Blog post

Red Alert: Spirit Tea

Coffee is a drink that seems tailor made for the rush of modern life — whether it’s a quick shot of powerful espresso, or a latte to go. Tea, on the other hand, does not care to be rushed. Tea asks for more: a kettle, some patience and time. Taylor Cowan and Jordan Scherer, co-founders of Spirit Tea, believe that tea is all about anticipation. We met Cowan and Scherer during a PAGODA RED spring vendors event, and were immediately taken by their passion and commitment.

The Art of Slowing Down

Through careful sourcing, planning, preserving and packaging, the pair have done everything they can to avoid speeding up the process.

Taylor in Uji, Japan in Mr. Yuki’s tea production facility.

“We wanted to celebrate the fact that there is this 6,000-year ritual of tea,” says Cowan. “All of our teas are in honor of that and about that — leaves harvested by dedicated people on real farms.”

Spirit Tea producer partners, the Wen Family, in Wuyishan, Fujian.

A Taste For Tradition

Specializing in time-honored loose-leaf teas, the Chicago-based brand has been quietly transforming perceptions about the drink. To start, they are passionate about what Spirit Tea’s blends do not include. Namely, florals and fruit flavorings — the extras that Cohen explains are often added to appeal to American palates. As industry veterans, the business partners were well aware of large companies’ tendency to augment flavors.

Taylor with the Manual Tea Maker no. 1, the teapot Spirit co-designed and Kickstarted with Manual Goods.

A Sensitive Approach to Sourcing

The pair launched their brand in 2015, bootstrapping the operation and packaging teas by hand. Tea leaves are sourced from several regions in Southwest China, Tawian and Japan, and harvested by individual farms without the use of pesticides. The leaves are baked to produce certain blends, while others are air dried. Meanwhile, all ingredients are seasonal and are picked with an eye toward peak freshness.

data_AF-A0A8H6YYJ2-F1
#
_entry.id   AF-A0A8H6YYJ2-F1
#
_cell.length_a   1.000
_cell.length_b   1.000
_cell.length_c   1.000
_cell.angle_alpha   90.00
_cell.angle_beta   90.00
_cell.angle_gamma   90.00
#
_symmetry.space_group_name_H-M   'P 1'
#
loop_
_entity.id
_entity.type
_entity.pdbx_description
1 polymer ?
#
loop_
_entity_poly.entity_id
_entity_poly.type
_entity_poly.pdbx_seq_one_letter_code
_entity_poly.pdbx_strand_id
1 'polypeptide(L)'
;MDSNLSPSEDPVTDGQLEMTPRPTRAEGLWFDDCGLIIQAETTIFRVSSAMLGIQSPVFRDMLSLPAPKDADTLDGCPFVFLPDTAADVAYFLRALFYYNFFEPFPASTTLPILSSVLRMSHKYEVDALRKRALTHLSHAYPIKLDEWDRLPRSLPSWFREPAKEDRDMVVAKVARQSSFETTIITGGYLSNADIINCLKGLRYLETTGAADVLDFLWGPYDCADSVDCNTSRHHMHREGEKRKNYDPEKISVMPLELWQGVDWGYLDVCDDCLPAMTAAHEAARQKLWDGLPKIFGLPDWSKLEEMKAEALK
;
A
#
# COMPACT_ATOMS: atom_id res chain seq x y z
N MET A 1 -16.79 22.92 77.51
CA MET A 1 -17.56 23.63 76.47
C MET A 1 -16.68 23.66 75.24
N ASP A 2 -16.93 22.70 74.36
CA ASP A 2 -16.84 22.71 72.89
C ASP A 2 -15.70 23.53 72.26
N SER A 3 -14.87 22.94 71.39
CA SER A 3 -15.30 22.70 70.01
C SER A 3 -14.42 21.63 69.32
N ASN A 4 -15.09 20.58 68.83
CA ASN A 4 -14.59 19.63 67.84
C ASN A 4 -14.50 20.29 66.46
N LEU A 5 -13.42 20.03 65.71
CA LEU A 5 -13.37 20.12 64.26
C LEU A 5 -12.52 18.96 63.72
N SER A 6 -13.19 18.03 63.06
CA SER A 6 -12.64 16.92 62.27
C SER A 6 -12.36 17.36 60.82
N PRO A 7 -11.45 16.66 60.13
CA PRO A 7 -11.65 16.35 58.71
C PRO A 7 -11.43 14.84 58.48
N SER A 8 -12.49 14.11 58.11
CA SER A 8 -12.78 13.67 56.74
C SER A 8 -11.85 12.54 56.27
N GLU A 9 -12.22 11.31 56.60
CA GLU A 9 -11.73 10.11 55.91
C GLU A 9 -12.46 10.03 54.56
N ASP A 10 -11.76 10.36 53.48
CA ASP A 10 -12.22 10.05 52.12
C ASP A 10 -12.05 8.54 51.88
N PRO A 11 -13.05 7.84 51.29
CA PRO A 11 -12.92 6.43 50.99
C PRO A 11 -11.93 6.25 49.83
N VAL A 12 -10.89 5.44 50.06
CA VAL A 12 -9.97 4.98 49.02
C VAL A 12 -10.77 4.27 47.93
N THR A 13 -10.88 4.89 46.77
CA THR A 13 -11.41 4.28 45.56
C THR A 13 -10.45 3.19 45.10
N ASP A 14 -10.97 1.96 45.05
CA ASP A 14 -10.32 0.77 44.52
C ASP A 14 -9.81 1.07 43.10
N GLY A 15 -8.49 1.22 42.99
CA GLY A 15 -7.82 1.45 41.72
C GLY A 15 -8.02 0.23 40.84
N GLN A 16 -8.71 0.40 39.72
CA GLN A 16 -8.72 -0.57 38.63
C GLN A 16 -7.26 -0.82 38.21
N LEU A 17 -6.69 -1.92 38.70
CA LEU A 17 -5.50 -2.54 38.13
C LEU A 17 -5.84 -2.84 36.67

Smelling oxidizing tea leaves.

Developing relationships with farms took time, and Cowan describes each engagement as personal, not transactional.

“A lot of the conversation has been convincing producers that it’s worth it to ship their tea 2,000 miles away, and that someone is going to appreciate it.”

Many of the company’s farming partners have never before exported their wares to the United States.

The company’s Japanese sourcer, Ryan, in Shizuoka with two partner producers.

A Growing Movement

At home in Chicago, the company’s patience has been rewarded. Spirit has a loyal following, who seek them out at shops like Gaslight Coffee in Logan Square, Big Shoulders Coffee and City Grounds Coffee in Lincoln Park. What’s more, the company has expanded to the Twin Cities, Kansas City and parts of Colorado. According to Cowan, the biggest challenge has been educating retail partners on how premium tea should taste.

“Tea can be so complex, there are more identifiable flavors in tea than in wine,” he says, and on its perceived value. A $4 or $6 cup of tea feels extravagant to most consumers, but appreciation for high quality tea is taking hold. “It’s amazing how much the market has grown into this tea,” says Cowan.

Capturing the quiet, pristine garden atop the Ali Shan mountain range in Taiwan.

Adding to that sense of time evanesced, many of Spirit’s blends are available for only a short time, as they’re seasonally produced in small batches. As consumers become ever more invested in learning about the origin of the things they buy, Spirit Tea’s mission seems to be resonating.

“For wine drinkers, they seek the best grape varieties; serious coffee drinkers, they want to know who the farmer in Nicaragua is — and the same is happening with tea. Knowing the source, and knowing that our tea tastes of nothing but the soil, the weather and the sun is so special. It’s a taste that’s immediate,” says Cowan.

The Ambassadors of Exquisite Tea

Both Cowan and Scherer aim to be more than just tea purveyors. They want their company to reflect the rich, fascinating history of tea. To that end, Scherer has hosted guided tea meditations — inviting people to become more aware and present, and  honoring the rituals of serving and drinking tea. While every culture has their own customs — the founders consider themselves cultural ambassadors, welcoming people to the greater joys of tea drinking.

The founders teaching a class on tea at the Chicago Botanic Garden.

“One of the reasons Jordan and I fell in love with tea is because it asks you to really slow down,” says Cowan. It’s about taking the time and space to make tea. Finding that ritual can really can change your life.”

To learn more, visit Spirit Tea. All images courtesy of Spirit Tea.


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